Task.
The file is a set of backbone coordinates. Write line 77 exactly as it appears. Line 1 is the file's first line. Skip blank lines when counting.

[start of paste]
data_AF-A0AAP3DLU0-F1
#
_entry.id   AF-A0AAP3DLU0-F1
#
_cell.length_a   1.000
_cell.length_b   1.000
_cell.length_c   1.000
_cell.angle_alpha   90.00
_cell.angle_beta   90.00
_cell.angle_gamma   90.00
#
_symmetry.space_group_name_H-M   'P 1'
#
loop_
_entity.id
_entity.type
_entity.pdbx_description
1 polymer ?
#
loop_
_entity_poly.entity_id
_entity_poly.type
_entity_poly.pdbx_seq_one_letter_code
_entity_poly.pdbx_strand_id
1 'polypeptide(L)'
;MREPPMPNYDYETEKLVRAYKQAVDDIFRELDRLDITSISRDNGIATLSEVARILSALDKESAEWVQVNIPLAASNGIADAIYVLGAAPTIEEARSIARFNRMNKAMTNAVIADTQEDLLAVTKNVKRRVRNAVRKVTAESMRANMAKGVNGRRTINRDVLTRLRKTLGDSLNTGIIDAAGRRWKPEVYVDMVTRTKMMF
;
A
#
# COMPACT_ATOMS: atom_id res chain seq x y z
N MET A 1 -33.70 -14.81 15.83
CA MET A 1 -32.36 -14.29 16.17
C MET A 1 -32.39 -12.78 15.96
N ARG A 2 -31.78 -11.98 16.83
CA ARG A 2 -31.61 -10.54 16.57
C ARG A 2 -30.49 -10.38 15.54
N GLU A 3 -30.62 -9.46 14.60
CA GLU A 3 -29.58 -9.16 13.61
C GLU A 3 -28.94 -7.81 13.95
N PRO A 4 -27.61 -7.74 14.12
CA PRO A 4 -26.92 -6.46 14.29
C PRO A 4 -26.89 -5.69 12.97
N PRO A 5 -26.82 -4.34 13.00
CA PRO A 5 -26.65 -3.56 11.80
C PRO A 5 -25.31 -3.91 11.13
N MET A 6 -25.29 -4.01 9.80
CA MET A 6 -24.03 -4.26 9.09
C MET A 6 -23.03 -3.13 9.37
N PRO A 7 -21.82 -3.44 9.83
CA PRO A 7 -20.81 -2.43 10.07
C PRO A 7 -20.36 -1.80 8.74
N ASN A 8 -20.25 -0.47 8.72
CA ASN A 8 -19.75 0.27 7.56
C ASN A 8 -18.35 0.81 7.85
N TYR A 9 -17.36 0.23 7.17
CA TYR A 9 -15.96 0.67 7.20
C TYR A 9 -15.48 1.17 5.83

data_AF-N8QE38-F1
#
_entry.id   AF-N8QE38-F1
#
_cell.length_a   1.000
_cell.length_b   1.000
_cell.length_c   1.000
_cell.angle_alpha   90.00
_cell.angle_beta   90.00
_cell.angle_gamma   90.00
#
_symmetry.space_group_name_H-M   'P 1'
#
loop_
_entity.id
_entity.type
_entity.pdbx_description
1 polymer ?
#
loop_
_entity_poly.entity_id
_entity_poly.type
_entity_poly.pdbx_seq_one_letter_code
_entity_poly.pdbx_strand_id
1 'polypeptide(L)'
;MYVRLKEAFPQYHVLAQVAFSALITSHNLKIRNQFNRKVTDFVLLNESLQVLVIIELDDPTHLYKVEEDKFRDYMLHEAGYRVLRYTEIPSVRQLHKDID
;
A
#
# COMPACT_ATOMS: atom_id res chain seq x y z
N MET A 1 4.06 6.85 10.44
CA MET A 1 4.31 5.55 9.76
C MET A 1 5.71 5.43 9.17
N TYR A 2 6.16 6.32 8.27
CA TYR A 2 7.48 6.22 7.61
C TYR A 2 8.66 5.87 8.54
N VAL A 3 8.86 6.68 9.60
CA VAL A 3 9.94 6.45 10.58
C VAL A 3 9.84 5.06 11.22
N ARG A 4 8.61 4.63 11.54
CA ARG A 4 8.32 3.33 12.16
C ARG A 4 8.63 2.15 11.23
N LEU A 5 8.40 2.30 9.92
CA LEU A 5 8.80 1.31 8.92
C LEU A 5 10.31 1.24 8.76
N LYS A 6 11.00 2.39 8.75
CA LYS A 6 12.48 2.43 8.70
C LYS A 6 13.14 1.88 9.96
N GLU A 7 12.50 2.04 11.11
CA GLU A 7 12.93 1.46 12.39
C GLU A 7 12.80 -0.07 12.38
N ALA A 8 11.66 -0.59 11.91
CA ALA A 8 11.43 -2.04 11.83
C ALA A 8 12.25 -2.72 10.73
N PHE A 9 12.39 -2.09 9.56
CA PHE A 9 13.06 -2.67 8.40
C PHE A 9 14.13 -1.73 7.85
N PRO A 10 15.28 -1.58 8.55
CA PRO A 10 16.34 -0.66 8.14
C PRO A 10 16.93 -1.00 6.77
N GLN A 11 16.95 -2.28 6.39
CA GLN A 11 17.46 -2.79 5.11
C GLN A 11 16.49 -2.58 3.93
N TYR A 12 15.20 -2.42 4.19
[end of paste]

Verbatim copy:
loop_